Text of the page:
Microsoft Rebrands Bing, Challenges Google

Microsoft began quietly rolling out a branding message introducing the world to the new Bing Network, viewed by some as a key element the search engine lacked for the past six years. Several events promoted the change.

"Less about words and links, more about meaning and intent," Microsoft's message says the network pulls together in-the-moment data from across its mobile, global and local partners to support products that people use daily. And that network continues to grow.

With the transition of all U.S. accounts, people and account management from Yahoo to Bing, the network represents an expanding set of partnerships such as AOL, and The Wall Street Journal, which adds more searches and clicks to the network daily, wrote Stephen Sirich, GM of advertising and consumer monetization group at Microsoft, in a post.



"Microsoft’s 'mishap' was going up against Google trying to change the paradigm that people had for search," says Robert Passikoff, founder and president of Brand Keys. "Google always led in the impression that their site selection and number of sites accessed was bigger. They had it all for you. Microsoft was more concerned about telling you how to organize the information, but they seemed to offer less, and in a less logically organized fashion."

It seems Google's greatest success began with its name. Microsoft does little to brand Bing, although search lives inside of Amazon's devices, powers Web results for Apple Siri and Spotlight Search, and supports maps on thousands of Web sites.

With Windows 10, Cortana now sits on millions of PCs and Xbox One. Aside from Ask, Bing was the only major search engine to demonstrate growth in January from organic searches, per comScore.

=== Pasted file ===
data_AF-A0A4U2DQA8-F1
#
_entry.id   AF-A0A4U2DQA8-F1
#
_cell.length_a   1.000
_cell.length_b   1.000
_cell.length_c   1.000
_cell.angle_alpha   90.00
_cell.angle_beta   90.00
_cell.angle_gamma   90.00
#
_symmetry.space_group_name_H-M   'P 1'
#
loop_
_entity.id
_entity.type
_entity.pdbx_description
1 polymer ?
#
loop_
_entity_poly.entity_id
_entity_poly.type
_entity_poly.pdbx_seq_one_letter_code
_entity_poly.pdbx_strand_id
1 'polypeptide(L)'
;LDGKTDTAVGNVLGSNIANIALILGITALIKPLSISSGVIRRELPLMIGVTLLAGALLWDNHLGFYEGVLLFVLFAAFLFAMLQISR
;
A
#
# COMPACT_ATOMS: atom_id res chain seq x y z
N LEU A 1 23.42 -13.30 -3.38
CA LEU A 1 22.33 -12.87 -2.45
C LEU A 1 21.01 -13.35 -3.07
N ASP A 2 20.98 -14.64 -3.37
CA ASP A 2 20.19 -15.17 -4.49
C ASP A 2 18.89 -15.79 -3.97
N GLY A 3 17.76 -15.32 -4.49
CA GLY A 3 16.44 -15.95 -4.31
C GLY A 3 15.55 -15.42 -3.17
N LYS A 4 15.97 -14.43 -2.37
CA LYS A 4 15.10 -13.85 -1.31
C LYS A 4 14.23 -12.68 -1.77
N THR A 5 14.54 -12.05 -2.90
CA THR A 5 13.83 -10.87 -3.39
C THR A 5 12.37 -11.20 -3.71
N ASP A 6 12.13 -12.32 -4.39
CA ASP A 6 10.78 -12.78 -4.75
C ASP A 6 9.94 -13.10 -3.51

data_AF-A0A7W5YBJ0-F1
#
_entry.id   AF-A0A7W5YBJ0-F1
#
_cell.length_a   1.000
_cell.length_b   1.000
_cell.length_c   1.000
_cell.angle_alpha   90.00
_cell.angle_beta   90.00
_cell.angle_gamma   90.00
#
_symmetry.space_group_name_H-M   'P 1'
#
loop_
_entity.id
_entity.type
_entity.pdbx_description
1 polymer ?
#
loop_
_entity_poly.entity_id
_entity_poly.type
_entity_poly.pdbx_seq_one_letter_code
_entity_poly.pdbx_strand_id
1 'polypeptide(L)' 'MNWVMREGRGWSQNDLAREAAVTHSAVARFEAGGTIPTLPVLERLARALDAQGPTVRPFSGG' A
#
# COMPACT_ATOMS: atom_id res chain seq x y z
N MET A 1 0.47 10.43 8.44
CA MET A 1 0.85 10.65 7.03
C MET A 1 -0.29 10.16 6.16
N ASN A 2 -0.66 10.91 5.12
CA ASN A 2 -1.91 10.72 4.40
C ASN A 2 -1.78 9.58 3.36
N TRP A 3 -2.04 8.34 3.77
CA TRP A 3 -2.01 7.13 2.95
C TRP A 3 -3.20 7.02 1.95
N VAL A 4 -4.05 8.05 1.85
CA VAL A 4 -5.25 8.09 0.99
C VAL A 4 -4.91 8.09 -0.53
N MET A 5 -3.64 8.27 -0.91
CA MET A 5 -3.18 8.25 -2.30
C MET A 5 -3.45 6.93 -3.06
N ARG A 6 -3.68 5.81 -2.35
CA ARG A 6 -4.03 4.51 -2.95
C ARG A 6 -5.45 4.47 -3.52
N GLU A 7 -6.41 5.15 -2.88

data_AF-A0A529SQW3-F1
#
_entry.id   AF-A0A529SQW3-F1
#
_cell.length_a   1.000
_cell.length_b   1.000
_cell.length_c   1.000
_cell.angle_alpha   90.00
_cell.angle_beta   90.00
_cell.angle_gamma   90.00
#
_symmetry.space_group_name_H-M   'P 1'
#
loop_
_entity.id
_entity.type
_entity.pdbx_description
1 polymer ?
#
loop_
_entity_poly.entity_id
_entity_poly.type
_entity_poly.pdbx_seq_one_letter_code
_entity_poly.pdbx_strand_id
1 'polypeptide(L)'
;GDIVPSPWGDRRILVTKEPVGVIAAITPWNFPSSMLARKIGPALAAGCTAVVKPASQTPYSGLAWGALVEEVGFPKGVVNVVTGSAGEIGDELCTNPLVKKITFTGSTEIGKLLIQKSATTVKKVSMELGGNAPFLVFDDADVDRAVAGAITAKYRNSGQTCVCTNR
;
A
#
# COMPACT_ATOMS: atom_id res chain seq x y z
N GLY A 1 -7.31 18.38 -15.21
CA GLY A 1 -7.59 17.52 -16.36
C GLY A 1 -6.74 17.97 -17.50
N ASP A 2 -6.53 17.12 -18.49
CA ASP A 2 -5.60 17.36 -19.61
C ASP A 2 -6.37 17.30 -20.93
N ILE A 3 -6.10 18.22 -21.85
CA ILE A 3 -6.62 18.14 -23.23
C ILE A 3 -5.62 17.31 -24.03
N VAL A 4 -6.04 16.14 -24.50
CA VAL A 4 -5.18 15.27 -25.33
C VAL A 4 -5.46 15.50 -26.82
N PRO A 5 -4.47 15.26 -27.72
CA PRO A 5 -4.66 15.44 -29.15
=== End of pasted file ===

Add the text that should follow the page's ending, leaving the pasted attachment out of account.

Google Sites led the U.S. explicit core search market in January with 63.8% market share, followed by Microsoft Sites with 21.3%, up 0.2%, and Yahoo Sites with 12.4%. Ask Network accounted for 1.7% explicit core searches, up 0.1%, followed by AOL with 0.9%, down .01%., per comScore data.

Bing powers 14 billion monthly searches worldwide. Still, Microsoft's biggest challenge has been brand value -- not for the Microsoft brand, but for Bing. Google is a master of branding, and the brand is one of the most valuable in the world. In 2015, Interbrand placed a valuation of the Google brand at $120.314 billion, up from $107.43 billion, only second to Apple in brand value.

Microsoft came in at No. 4 with $67,770 billion in brand value, per Interbrand. Bing is nowhere to be found on the list. One major difference is the way Google uses the brand value to market its search engine, whereas Microsoft uses Bing, a relatively new brand in the scope of technology.

The shift in brand strategy also marks an end to the Yahoo-Bing Network. The renegotiated search deal between Microsoft and Yahoo in April 2015, five years into the 10-year deal, has ad sales and account management returning to their respective companies.

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